In 1999, Robert Boyle, Harold, Lillian, and I went on a pilgrimage back to Bodega Bay, where they had filmed Hitchcock’s “The Birds” 37 years earlier. We became quite close after that trip and I think it was shortly after that that I knew I wanted to make a film about Lillian’s work as a film researcher, and Harold’s work and genius as a storyboard artist and production designer. I loved their personalities and humanism as much as I admired their contributions to cinema. I wanted to make a film that explored the tension between making art for a living, working in Hollywood, and having a family at the same time. So many people know that struggle. 

What was the most surprising thing you discovered about Harold and Lillian?


How their love for each other fed into their work, and their individual genius at what they did. How profoundly their creative contributions influenced the directors they worked with.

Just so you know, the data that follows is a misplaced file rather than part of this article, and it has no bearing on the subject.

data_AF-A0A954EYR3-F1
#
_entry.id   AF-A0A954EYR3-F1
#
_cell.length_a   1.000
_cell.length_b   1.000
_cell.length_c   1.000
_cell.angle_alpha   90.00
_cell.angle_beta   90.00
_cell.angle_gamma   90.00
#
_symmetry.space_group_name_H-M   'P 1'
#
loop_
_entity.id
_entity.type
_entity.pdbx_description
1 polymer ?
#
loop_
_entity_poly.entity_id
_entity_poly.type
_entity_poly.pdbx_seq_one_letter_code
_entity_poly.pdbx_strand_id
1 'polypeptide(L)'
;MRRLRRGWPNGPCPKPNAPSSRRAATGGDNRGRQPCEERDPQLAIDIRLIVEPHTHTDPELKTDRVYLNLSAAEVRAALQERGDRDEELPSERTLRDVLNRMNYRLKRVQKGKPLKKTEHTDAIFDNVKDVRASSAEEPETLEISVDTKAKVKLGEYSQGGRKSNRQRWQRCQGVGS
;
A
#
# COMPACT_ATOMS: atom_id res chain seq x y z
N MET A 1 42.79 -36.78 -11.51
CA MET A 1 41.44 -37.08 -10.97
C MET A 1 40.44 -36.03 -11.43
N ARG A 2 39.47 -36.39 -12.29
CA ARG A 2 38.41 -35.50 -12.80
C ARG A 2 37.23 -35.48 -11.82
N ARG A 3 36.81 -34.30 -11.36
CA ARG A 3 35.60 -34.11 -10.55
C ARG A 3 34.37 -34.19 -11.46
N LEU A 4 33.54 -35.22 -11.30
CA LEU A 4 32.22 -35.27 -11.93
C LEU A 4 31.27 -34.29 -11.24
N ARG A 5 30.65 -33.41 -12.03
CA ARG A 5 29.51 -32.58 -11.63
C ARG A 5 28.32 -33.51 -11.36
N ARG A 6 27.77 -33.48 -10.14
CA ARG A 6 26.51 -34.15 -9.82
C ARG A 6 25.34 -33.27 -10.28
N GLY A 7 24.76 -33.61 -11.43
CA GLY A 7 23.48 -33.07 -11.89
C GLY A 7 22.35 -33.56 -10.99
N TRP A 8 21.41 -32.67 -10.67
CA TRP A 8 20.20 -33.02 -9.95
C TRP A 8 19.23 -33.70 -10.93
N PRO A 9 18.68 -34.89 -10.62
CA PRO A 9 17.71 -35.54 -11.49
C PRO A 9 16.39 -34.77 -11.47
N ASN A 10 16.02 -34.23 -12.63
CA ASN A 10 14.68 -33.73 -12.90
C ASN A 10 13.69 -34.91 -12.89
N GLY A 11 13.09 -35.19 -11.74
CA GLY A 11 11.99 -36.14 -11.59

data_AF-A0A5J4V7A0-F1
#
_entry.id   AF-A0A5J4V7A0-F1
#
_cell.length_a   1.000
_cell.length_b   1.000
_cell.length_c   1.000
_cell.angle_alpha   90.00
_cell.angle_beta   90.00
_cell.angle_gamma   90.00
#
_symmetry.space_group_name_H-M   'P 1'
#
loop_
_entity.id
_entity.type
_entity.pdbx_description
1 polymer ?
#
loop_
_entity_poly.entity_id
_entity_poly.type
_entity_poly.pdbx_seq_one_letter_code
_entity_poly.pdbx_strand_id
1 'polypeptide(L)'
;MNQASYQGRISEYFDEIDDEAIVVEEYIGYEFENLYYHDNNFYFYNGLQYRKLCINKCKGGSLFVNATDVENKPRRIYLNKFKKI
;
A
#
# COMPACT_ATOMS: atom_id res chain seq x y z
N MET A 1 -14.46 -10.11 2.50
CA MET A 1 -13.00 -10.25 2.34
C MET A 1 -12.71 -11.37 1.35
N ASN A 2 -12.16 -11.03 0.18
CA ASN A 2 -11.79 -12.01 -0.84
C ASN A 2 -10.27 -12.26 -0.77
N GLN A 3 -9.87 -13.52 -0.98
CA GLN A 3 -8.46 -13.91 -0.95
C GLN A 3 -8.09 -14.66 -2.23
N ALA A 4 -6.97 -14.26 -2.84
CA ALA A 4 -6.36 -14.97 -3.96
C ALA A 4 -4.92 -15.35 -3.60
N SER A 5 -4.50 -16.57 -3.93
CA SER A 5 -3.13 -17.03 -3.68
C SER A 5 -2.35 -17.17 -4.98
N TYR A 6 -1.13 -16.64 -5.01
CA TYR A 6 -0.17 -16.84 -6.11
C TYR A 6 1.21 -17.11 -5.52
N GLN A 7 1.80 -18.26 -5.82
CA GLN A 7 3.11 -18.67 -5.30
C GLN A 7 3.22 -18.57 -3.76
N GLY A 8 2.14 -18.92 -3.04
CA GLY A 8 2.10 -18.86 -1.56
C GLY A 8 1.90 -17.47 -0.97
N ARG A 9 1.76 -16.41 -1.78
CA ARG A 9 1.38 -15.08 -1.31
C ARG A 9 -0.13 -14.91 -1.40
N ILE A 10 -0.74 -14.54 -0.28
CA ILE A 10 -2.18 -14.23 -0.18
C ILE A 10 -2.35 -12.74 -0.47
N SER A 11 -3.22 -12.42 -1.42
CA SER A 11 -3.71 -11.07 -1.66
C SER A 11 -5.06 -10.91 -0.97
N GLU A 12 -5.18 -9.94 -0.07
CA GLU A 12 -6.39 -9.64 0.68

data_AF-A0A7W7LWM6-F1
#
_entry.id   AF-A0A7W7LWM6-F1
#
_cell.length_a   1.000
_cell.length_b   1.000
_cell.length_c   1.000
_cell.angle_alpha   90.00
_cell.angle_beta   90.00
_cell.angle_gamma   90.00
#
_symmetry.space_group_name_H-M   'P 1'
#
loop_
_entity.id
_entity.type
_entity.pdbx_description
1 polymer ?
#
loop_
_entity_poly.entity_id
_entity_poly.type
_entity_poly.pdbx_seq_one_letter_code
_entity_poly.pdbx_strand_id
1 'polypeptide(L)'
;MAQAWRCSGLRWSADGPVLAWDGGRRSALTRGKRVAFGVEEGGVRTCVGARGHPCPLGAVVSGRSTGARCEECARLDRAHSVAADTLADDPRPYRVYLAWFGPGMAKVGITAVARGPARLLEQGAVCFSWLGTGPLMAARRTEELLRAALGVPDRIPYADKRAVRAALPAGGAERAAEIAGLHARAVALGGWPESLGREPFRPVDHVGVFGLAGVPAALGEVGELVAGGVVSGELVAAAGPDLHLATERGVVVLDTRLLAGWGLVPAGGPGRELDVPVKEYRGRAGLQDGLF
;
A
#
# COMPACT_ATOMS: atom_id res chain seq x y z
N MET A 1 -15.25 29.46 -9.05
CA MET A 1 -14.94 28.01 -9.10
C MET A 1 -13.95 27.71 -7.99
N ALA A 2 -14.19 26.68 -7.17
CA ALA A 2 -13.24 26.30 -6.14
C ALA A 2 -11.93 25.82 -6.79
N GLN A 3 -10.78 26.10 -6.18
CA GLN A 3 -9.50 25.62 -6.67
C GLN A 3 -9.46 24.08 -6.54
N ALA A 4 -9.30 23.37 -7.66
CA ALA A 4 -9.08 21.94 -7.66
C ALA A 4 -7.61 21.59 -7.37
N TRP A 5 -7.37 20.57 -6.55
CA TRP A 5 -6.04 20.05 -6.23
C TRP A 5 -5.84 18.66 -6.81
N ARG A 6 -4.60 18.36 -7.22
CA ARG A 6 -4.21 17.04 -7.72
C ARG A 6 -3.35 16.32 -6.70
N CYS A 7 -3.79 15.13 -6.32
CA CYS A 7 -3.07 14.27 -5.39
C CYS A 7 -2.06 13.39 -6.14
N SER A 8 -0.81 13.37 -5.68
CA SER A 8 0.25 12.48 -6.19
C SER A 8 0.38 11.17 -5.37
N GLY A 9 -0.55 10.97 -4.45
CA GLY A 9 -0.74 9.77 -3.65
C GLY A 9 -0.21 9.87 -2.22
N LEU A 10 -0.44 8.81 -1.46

What was the most challenging part of making this film for you?


Visualising and dramatising their love story and Lillian's inner life was probably the most challenging part. Encapsulating the story of a marriage that lasted 60 years while the parties sustained two independent careers within a 91-minute documentary was challenging from a storytelling standpoint.

Where did your passion for filmmaking come from?


From watching films that are about life. I always loved action-adventure movies growing up as a kid, but when I started watching films that were a reflection of what it feels like to be human (such as My Own Private Idaho or The 400 Blows), I was hooked and excited to make films.